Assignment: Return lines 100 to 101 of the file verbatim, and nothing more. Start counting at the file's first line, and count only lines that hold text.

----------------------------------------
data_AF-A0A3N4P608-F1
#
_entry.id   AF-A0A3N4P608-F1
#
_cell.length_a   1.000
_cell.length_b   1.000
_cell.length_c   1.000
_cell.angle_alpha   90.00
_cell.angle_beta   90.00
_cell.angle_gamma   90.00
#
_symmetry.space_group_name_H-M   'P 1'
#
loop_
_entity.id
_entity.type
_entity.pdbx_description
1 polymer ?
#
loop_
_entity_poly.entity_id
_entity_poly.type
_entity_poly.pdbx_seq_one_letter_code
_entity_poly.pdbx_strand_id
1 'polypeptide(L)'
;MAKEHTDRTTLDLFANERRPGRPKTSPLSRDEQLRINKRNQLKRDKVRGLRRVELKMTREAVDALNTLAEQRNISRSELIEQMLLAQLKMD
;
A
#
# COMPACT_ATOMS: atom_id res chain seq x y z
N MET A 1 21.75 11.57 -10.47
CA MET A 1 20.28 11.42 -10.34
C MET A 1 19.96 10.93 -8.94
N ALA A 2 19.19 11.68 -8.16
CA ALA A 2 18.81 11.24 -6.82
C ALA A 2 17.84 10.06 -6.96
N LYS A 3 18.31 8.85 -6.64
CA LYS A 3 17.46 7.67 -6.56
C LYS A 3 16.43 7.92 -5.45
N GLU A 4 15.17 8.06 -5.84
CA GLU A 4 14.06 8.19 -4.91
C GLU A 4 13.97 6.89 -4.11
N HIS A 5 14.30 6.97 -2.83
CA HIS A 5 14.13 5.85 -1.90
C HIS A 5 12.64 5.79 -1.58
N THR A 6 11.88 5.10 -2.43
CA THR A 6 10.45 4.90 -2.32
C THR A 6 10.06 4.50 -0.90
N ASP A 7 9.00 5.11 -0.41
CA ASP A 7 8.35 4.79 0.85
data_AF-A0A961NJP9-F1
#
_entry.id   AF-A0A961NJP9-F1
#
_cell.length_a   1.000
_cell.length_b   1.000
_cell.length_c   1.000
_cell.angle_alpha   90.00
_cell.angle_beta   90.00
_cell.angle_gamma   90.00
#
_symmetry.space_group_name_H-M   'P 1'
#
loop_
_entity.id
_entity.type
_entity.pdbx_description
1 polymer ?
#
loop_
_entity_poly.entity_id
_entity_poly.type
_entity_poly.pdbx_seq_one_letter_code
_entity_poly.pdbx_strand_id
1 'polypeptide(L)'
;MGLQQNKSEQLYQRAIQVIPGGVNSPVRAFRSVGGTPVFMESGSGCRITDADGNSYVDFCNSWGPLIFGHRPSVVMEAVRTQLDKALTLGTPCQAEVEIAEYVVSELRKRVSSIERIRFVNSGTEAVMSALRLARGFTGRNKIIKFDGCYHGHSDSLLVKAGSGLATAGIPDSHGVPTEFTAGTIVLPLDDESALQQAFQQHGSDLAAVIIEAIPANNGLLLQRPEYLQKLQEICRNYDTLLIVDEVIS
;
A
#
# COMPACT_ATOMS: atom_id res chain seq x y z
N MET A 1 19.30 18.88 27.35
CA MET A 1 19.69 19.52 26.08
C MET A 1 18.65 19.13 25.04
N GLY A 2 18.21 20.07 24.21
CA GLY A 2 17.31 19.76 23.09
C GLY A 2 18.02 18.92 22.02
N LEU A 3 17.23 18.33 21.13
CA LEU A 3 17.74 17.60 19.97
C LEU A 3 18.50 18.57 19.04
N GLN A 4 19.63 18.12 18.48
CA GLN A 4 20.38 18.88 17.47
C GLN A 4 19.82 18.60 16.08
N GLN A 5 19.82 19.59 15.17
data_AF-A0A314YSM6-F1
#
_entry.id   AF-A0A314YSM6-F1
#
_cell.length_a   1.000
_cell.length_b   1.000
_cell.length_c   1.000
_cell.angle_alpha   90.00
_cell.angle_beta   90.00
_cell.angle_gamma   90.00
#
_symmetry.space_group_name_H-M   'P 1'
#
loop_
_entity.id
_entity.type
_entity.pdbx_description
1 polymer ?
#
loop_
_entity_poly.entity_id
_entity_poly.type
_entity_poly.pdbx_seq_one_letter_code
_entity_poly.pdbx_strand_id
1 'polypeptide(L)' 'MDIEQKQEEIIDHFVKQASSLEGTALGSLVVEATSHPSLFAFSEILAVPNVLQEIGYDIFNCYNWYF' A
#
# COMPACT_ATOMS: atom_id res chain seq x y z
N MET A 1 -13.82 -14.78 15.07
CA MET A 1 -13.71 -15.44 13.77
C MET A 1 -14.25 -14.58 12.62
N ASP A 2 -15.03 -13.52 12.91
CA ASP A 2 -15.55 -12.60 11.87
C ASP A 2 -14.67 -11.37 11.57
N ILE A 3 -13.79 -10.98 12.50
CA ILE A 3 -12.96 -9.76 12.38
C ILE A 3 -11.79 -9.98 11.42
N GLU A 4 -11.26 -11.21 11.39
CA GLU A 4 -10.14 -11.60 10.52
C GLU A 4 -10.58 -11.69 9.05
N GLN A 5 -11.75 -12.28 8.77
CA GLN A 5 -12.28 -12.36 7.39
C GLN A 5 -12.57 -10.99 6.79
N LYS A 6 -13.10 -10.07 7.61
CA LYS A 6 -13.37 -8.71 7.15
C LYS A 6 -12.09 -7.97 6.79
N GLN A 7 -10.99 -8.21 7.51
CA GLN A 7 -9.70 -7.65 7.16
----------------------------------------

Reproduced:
_cell.length_c   1.000
_cell.angle_alpha   90.00